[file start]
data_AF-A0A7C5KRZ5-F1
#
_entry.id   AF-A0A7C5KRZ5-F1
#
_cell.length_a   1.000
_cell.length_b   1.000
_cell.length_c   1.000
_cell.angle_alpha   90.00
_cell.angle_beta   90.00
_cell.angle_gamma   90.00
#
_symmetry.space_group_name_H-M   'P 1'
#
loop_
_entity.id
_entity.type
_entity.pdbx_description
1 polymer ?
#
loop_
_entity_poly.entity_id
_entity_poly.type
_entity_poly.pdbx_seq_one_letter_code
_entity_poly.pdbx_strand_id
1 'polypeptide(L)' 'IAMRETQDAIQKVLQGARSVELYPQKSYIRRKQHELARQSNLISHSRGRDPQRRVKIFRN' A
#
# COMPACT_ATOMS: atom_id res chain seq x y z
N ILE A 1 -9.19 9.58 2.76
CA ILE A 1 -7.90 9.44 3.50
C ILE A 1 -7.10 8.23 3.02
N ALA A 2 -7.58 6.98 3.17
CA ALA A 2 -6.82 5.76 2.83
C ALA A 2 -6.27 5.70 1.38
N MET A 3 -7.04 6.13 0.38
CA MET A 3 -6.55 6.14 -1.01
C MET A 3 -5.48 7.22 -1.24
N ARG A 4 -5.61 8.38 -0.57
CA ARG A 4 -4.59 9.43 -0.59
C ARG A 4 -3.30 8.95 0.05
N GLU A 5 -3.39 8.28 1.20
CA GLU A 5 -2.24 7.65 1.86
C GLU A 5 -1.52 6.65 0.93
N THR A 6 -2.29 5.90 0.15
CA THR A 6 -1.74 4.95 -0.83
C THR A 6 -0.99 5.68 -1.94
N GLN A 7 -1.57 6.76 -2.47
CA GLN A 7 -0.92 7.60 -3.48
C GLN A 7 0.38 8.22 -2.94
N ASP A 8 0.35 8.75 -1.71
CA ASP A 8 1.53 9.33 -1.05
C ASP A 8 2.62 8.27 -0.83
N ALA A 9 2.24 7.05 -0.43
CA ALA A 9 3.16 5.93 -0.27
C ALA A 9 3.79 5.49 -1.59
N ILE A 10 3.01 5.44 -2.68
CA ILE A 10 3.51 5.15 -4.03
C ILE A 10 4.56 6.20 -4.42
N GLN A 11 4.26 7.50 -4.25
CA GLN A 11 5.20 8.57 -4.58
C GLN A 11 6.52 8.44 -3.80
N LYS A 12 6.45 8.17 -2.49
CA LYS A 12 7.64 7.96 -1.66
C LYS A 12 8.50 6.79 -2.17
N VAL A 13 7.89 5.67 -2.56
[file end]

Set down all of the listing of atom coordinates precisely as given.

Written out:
data_AF-A0A7C5KRZ5-F1
#
_entry.id   AF-A0A7C5KRZ5-F1
#
_cell.length_a   1.000
_cell.length_b   1.000
_cell.length_c   1.000
_cell.angle_alpha   90.00
_cell.angle_beta   90.00
_cell.angle_gamma   90.00
#
_symmetry.space_group_name_H-M   'P 1'
#
loop_
_entity.id
_entity.type
_entity.pdbx_description
1 polymer ?
#
loop_
_entity_poly.entity_id
_entity_poly.type
_entity_poly.pdbx_seq_one_letter_code
_entity_poly.pdbx_strand_id
1 'polypeptide(L)' 'IAMRETQDAIQKVLQGARSVELYPQKSYIRRKQHELARQSNLISHSRGRDPQRRVKIFRN' A
#
# COMPACT_ATOMS: atom_id res chain seq x y z
N ILE A 1 -9.19 9.58 2.76
CA ILE A 1 -7.90 9.44 3.50
C ILE A 1 -7.10 8.23 3.02
N ALA A 2 -7.58 6.98 3.17
CA ALA A 2 -6.82 5.76 2.83
C ALA A 2 -6.27 5.70 1.38
N MET A 3 -7.04 6.13 0.38
CA MET A 3 -6.55 6.14 -1.01
C MET A 3 -5.48 7.22 -1.24
N ARG A 4 -5.61 8.38 -0.57
CA ARG A 4 -4.59 9.43 -0.59
C ARG A 4 -3.30 8.95 0.05
N GLU A 5 -3.39 8.28 1.20
CA GLU A 5 -2.24 7.65 1.86
C GLU A 5 -1.52 6.65 0.93
N THR A 6 -2.29 5.90 0.15
CA THR A 6 -1.74 4.95 -0.83
C THR A 6 -0.99 5.68 -1.94
N GLN A 7 -1.57 6.76 -2.47
CA GLN A 7 -0.92 7.60 -3.48
C GLN A 7 0.38 8.22 -2.94
N ASP A 8 0.35 8.75 -1.71
CA ASP A 8 1.53 9.33 -1.05
C ASP A 8 2.62 8.27 -0.83
N ALA A 9 2.24 7.05 -0.43
CA ALA A 9 3.16 5.93 -0.27
C ALA A 9 3.79 5.49 -1.59
N ILE A 10 3.01 5.44 -2.68
CA ILE A 10 3.51 5.15 -4.03
C ILE A 10 4.56 6.20 -4.42
N GLN A 11 4.26 7.50 -4.25
CA GLN A 11 5.20 8.57 -4.58
C GLN A 11 6.52 8.44 -3.80
N LYS A 12 6.45 8.17 -2.49
CA LYS A 12 7.64 7.96 -1.66
C LYS A 12 8.50 6.79 -2.17
N VAL A 13 7.89 5.67 -2.56